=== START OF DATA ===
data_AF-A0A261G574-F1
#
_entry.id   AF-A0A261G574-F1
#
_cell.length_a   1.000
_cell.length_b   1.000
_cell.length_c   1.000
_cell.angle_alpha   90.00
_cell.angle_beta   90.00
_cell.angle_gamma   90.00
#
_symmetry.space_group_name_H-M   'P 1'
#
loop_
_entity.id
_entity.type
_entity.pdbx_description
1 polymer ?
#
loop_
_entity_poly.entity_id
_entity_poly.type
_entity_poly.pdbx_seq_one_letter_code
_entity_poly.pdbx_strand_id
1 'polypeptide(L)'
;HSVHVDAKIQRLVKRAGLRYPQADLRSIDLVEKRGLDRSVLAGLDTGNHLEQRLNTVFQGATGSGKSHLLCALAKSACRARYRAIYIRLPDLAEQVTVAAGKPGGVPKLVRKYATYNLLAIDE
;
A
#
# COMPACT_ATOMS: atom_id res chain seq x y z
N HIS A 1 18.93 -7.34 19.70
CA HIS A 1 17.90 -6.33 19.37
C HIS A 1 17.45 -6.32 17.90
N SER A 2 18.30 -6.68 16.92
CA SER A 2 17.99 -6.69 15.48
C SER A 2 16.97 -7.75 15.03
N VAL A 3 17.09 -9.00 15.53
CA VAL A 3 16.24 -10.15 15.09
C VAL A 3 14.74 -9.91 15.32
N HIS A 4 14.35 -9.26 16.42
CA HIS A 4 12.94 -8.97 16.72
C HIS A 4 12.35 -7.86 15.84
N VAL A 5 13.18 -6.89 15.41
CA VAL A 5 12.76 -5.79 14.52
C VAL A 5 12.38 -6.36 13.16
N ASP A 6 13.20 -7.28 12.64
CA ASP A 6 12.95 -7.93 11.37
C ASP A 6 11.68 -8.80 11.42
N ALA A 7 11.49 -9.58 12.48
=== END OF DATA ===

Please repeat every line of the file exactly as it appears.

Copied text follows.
data_AF-A0A261G574-F1
#
_entry.id   AF-A0A261G574-F1
#
_cell.length_a   1.000
_cell.length_b   1.000
_cell.length_c   1.000
_cell.angle_alpha   90.00
_cell.angle_beta   90.00
_cell.angle_gamma   90.00
#
_symmetry.space_group_name_H-M   'P 1'
#
loop_
_entity.id
_entity.type
_entity.pdbx_description
1 polymer ?
#
loop_
_entity_poly.entity_id
_entity_poly.type
_entity_poly.pdbx_seq_one_letter_code
_entity_poly.pdbx_strand_id
1 'polypeptide(L)'
;HSVHVDAKIQRLVKRAGLRYPQADLRSIDLVEKRGLDRSVLAGLDTGNHLEQRLNTVFQGATGSGKSHLLCALAKSACRARYRAIYIRLPDLAEQVTVAAGKPGGVPKLVRKYATYNLLAIDE
;
A
#
# COMPACT_ATOMS: atom_id res chain seq x y z
N HIS A 1 18.93 -7.34 19.70
CA HIS A 1 17.90 -6.33 19.37
C HIS A 1 17.45 -6.32 17.90
N SER A 2 18.30 -6.68 16.92
CA SER A 2 17.99 -6.69 15.48
C SER A 2 16.97 -7.75 15.03
N VAL A 3 17.09 -9.00 15.53
CA VAL A 3 16.24 -10.15 15.09
C VAL A 3 14.74 -9.91 15.32
N HIS A 4 14.35 -9.26 16.42
CA HIS A 4 12.94 -8.97 16.72
C HIS A 4 12.35 -7.86 15.84
N VAL A 5 13.18 -6.89 15.41
CA VAL A 5 12.76 -5.79 14.52
C VAL A 5 12.38 -6.36 13.16
N ASP A 6 13.20 -7.28 12.64
CA ASP A 6 12.95 -7.93 11.37
C ASP A 6 11.68 -8.80 11.42
N ALA A 7 11.49 -9.58 12.48